Creating a lasting and meaningful Jewish relationship with your grandchildren.
Reprinted with permission from The United Synagogue Review.
Grandparents have a unique relationship with grandchildren because in most situations they do not deal with day-to-day responsibilities. Grandparents can be selective in what the focus of their time spent together will be. Grandchildren are often particularly receptive to these occasions since they are special and out of the ordinary. It is thus possible to share one's knowledge and experiences and to relate personal views which can strengthen a child's understanding of Jewish traditions.
Creating Jewish Identities
In some instances, grandparents may walk a fine line if their religious, social, or political views differ from those of their own children. In that case, grandparents have an obligation to respect such boundaries, yet remain true to their own beliefs. Adding geographical distance nudges us to more specifically determine our roles and our limitations.
Judaism does not take place only in the day school, synagogue or synagogue school. Judaism "happens" during the family time of a Friday night Shabbat dinner, at the blessing of the children, in the magic of the Hanukkah candles, or in the smell of fresh-baked hamantaschen. By dropping a coin in the tzedakah box, or sending a card--or paying a visit--to a sick friend--we are helping to shape Jewish memories and create Jewish identities.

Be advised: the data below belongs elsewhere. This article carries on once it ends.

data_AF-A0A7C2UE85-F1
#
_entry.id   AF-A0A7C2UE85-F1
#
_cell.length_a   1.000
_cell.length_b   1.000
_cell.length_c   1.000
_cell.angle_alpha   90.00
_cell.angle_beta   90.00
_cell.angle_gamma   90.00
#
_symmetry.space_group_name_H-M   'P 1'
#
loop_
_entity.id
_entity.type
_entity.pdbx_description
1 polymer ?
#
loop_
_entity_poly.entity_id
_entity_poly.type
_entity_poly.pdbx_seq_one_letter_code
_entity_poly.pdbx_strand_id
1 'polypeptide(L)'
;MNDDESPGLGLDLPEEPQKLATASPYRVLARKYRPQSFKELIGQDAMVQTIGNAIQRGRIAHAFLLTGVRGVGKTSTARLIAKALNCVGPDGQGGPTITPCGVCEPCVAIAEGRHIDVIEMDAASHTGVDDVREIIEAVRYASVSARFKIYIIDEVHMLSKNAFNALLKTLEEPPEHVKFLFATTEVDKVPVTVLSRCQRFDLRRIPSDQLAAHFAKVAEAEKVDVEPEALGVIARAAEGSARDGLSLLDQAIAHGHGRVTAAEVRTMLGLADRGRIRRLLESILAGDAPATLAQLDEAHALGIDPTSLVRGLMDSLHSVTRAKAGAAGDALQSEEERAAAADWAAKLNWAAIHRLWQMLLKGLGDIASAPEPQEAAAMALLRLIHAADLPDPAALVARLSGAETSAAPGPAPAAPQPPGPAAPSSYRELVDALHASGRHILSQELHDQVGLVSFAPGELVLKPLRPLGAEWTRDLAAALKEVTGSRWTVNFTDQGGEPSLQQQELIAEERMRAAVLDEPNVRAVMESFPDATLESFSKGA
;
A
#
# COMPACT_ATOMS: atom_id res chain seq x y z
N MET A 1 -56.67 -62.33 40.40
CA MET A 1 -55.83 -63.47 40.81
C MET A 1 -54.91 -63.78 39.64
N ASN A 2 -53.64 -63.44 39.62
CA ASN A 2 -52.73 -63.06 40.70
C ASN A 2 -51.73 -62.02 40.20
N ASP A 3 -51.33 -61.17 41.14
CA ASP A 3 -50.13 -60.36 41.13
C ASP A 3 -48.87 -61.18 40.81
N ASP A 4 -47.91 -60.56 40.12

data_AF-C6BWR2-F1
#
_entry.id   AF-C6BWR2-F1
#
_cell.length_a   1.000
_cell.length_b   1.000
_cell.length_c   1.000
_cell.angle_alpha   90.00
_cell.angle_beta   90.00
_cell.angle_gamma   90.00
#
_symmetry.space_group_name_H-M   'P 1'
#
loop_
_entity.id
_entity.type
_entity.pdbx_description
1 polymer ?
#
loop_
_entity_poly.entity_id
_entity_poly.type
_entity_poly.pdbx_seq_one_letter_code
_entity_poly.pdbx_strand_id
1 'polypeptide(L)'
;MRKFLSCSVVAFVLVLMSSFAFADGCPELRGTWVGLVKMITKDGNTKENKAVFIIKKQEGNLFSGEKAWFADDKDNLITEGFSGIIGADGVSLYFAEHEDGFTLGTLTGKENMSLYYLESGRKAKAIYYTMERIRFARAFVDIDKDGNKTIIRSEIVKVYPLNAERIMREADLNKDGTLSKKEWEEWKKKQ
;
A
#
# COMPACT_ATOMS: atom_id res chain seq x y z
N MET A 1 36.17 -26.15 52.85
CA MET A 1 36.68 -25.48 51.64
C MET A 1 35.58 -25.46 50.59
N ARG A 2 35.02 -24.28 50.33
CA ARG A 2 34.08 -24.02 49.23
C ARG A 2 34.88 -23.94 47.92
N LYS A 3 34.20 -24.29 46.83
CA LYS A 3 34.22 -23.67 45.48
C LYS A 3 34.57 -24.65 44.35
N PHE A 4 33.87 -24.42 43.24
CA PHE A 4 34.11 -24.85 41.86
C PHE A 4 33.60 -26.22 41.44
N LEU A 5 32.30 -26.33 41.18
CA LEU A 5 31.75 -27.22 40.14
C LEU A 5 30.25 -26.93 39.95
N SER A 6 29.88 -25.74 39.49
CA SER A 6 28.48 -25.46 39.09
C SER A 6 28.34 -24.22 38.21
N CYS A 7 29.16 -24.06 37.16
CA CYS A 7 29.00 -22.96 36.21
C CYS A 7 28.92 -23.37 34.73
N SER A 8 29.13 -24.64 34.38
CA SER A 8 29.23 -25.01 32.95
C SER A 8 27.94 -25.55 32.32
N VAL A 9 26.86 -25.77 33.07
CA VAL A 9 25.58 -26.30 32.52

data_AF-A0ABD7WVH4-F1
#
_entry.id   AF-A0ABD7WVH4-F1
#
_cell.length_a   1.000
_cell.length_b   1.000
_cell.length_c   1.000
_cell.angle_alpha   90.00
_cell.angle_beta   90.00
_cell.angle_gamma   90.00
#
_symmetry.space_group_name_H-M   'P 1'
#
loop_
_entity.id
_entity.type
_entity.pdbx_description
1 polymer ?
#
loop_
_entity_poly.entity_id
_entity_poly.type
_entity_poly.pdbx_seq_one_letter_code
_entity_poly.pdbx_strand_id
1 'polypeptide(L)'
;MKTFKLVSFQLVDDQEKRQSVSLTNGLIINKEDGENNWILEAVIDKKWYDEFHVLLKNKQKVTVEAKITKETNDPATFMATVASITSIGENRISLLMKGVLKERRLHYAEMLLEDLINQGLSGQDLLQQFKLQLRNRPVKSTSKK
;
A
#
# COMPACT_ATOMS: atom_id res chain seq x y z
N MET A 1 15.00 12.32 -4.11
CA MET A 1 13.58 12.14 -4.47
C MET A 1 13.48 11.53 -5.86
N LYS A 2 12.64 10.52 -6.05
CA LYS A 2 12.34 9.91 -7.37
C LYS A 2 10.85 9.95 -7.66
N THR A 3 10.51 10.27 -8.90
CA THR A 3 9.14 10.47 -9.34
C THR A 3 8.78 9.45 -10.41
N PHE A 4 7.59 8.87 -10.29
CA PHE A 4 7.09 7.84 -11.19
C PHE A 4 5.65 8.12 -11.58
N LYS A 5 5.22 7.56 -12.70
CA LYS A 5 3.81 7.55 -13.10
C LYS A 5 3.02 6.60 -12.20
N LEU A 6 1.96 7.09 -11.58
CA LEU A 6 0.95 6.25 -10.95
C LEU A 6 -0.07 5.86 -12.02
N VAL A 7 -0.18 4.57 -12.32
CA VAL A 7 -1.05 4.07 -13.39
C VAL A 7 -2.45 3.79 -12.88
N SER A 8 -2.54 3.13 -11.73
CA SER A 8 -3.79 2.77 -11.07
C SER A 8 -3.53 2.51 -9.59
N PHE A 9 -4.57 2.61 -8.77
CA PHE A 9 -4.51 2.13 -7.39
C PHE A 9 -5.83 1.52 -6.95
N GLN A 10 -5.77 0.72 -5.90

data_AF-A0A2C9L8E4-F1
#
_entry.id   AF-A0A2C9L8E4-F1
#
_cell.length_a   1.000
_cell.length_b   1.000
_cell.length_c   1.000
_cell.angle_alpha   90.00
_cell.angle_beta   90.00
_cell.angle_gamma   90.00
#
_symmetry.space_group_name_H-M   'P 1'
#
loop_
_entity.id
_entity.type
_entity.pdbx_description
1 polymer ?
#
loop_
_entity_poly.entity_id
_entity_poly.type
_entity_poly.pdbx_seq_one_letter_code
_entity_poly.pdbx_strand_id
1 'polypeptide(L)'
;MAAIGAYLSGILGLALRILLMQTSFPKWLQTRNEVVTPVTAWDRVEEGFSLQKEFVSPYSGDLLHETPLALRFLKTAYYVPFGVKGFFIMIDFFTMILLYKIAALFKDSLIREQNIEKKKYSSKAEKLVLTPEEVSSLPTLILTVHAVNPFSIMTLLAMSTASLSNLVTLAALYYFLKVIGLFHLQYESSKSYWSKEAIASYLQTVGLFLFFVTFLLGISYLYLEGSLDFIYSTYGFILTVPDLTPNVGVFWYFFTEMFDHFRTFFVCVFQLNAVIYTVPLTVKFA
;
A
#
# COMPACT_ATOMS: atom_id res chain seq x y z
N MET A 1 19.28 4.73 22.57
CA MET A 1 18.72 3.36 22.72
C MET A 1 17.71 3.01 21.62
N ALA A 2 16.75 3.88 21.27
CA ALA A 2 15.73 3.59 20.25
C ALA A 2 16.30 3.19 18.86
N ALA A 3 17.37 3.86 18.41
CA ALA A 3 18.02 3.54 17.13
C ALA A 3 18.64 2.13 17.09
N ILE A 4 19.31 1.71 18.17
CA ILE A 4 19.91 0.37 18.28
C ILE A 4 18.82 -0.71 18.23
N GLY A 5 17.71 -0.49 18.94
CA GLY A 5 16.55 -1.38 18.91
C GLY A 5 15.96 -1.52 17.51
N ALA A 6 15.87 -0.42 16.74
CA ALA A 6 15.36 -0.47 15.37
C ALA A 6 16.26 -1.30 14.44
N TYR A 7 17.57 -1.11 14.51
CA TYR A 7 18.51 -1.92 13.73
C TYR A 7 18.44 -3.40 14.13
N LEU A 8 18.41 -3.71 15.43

In like manner, learning "happens" at expected, and often at unexpected, times. Sitting at the seder table, our granddaughter responded to the question of what the Pesah celebration was all about. She asked if she could put on a play. Moments later, she returned with several scarves and items from her dress-up box and a baby Moshe basket and seder plate (made at her synagogue nursery school). In her own words, she told of yetziat mitzrayim, the exodus from Egypt--of how we were once slaves but now we are all "really" free. She told us: "A voice came out from the burning bush and said, 'Take off your shoes! You are standing on holy ground.'" Her story was "illustrated" with songs accompanied by movement--"Baby Moshe," "The Frogs" and "Let My People Go--No, No, No!" Her big brother chimed in and added an original Hillel Sandwich song from his kindergarten class at his Solomon Schechter Day School. Her performance was fairly brief (15 minutes), but her words taught us all a good deal.
Teaching by Example
Grandparents can help pass down, and create, Jewish experiences for their grandchildren. Focusing our impact takes planning and thought. When grandparents discuss Judaism, it should be natural and relaxed. One needn't be a Jewish scholar to discuss the true meaning of Judaism as a way of life. It is appropriate for grandchildren to know that their grandparents continue to learn, to study and to grow.
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